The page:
Navigating The Labor Conundrum

Beyond skilled labor shortages stemming from the layoffs of the Great Recession of 2008-2009, the construction industry faces much deeper systemic issues that pose significant risk to your business. The industry is challenged on both ends of the labor spectrum – both supply of workers, as well as the productivity of those employed. According to a study by the Associated General Contractors of America, 70% of construction firms report they are having a hard time filling hourly craft positions, and the majority of builders today rank labor shortages at — or near the top — of their list of concerns. And as older talent retires, younger workers tend to shun careers in construction in favor of higher-prestige work in the tech industry. While increasing productivity can offset labor shortages by boosting the output of each worker employed, the construction industry faces challenges on this front, as well.  In fact, between 2005 and 2015, while other industries saw productivity increases of 2%, construction productivity increased by just 1% over the same period. And to make matters worse, construction companies also point to uncertainty around immigration reform as another, more-recent, contributor to worsening labor shortages.

What does this all mean to your real estate portfolio? With limited resources, fewer firms will be able to bid on construction projects for fear they will not have enough workers to meet demand. Your projects will also suffer from cost overruns, delays and quality issues. And unskilled labor deployed in dangerous settings increases your risk for workers’ compensation claims.

The good news is there are strategic steps you can take today to mitigate risks to your business, while also helping to correct the deeper root causes of today’s construction labor shortages. Here are some suggestions:

  1. Rethink Training: All too often, crews are poorly supervised and have little training or quality control. As a result, corners are cut, and important steps overlooked. These lower-quality buildings require costly repairs and maintenance and expose you to increased risk of failure and liability.
    • Hands-on training in new technologies is key to attracting young talent, and ensuring your workforce can deploy the systems that will drive the next wave of growth and quality. A great example is the Chicago-based Plumbers Local 130 who recently opened a state-of-the-art training center that will expose apprentices to “real-world” construction scenarios and “green” technology. Better-trained, more engaged workers will deliver higher-quality output.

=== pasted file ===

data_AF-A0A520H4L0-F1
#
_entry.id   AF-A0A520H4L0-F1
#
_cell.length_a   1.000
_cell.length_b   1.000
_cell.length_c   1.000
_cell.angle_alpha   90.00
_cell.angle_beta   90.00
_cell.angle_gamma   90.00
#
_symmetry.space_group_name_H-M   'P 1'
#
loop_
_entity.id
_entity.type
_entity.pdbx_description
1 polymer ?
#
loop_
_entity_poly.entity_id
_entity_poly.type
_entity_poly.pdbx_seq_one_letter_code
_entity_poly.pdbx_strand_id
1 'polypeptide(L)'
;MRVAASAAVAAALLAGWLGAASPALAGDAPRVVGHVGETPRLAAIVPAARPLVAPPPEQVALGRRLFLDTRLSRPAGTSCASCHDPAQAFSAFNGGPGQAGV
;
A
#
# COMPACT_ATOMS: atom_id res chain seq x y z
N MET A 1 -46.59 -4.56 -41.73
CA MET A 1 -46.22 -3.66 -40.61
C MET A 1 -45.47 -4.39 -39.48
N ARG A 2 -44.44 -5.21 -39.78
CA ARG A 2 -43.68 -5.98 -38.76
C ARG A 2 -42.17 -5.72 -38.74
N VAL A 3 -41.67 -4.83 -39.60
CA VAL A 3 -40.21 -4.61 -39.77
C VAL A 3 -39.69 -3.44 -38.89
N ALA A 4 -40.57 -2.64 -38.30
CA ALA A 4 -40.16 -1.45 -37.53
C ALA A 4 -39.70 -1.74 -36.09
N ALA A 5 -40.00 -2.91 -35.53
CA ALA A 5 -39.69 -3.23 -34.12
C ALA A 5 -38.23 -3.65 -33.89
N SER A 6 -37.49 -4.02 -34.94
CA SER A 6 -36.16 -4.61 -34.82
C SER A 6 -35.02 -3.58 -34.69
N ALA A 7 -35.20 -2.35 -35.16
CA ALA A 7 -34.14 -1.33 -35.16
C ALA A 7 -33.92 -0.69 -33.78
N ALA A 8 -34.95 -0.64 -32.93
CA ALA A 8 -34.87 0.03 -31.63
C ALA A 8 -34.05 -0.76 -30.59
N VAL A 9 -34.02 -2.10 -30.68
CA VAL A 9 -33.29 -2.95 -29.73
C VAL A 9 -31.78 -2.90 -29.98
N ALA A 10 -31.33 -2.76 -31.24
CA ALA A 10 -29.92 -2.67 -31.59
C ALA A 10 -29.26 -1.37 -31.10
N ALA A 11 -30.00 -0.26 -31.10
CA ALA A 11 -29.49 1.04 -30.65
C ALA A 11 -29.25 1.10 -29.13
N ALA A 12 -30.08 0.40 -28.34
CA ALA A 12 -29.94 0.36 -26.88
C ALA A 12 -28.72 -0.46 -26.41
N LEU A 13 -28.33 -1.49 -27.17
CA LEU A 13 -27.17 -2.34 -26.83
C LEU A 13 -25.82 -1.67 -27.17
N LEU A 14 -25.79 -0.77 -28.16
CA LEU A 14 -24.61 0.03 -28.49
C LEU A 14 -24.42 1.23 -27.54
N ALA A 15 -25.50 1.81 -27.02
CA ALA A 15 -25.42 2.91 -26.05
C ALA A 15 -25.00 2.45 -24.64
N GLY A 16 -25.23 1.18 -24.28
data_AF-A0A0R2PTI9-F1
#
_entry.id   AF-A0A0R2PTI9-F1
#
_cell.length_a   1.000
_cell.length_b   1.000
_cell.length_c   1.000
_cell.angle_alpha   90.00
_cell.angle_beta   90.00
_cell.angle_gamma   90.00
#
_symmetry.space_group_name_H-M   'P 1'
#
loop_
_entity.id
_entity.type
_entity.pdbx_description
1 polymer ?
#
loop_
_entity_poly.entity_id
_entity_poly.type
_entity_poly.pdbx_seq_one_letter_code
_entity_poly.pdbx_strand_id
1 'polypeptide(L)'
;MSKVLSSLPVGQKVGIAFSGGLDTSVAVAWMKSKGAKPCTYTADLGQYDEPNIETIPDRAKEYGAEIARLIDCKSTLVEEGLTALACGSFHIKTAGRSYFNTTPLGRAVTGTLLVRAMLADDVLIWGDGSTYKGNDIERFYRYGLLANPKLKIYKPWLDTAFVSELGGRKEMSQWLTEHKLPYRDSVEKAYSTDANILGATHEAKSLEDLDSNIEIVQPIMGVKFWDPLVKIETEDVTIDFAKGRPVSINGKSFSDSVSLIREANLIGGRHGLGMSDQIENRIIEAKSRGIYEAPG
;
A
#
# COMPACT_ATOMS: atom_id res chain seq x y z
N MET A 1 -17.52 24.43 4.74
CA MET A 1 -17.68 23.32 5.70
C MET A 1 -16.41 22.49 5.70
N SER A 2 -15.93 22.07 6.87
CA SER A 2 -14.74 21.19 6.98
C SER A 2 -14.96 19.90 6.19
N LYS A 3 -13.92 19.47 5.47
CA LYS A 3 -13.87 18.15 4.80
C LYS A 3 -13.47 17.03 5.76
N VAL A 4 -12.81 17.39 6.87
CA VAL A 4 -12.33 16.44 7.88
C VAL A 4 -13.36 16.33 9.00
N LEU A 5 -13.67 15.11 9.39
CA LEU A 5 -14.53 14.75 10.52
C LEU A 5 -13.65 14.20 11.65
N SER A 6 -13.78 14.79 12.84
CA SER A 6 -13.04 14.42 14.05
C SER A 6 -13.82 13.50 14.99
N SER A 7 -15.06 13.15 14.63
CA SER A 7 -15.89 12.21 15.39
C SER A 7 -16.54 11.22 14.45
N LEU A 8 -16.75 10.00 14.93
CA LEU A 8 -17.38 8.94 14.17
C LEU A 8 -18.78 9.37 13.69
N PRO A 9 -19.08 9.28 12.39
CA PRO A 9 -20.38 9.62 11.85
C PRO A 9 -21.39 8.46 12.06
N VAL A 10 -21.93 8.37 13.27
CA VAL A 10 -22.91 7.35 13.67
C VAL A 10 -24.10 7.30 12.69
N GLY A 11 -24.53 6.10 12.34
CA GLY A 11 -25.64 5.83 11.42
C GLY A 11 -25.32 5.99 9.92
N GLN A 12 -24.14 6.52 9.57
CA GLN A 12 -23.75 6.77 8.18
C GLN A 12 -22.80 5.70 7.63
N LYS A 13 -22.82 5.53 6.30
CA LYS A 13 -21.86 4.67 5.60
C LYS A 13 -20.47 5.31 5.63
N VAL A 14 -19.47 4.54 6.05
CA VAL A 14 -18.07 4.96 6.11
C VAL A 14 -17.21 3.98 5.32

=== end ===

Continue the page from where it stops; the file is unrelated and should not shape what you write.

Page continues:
1. Continually Improve Safety Measures: As less-than-qualified people are put on your jobs, the risk of high-stakes mistakes increases dramatically. And when schedules start slipping, the risk of accidents increases even further as these unskilled laborers move even faster.
    • You should be sure that your construction partners not only have safety training measures in place, but that they continually update these procedures and practice safety on-site daily. For example, ensure your partners have on-site safety supervisors and that they conduct daily safety huddles with crews to ensure procedures are being followed, and continually vetted/updated.
    • Aside from supporting local construction trade education and monitoring safety protocols, in the near term be sure you require your contractors — and their subcontractors — have adequate insurance coverage for negligence and defective construction. Sub-contractor polices should be equal to, or greater, than the contractor’s and from companies with an AM Best rating of no less than an “A.”


  1. Shift to Off-Site Fabrication: Aside from the hard costs associated with delays, missed delivery dates can also have a negative impact on your brand reputation, not to mention your clients’ businesses.
    • For larger commercial projects, consider using advanced off-site prefabrication of major wall segments, floors, bathrooms and roofs. According to a study by McKinzie, this manufacturing-inspired mass-production approach can boost productivity five to ten times.
    • Aside from reducing construction timelines, these off-site manufacturing methods have the added benefit of reducing the headaches — and risk — associated with staffing, and site

With the right mix of longer-term thinking, coupled with strategic coverages to protect you from the risks of today’s labor shortages, your real estate business can thrive while others flounder.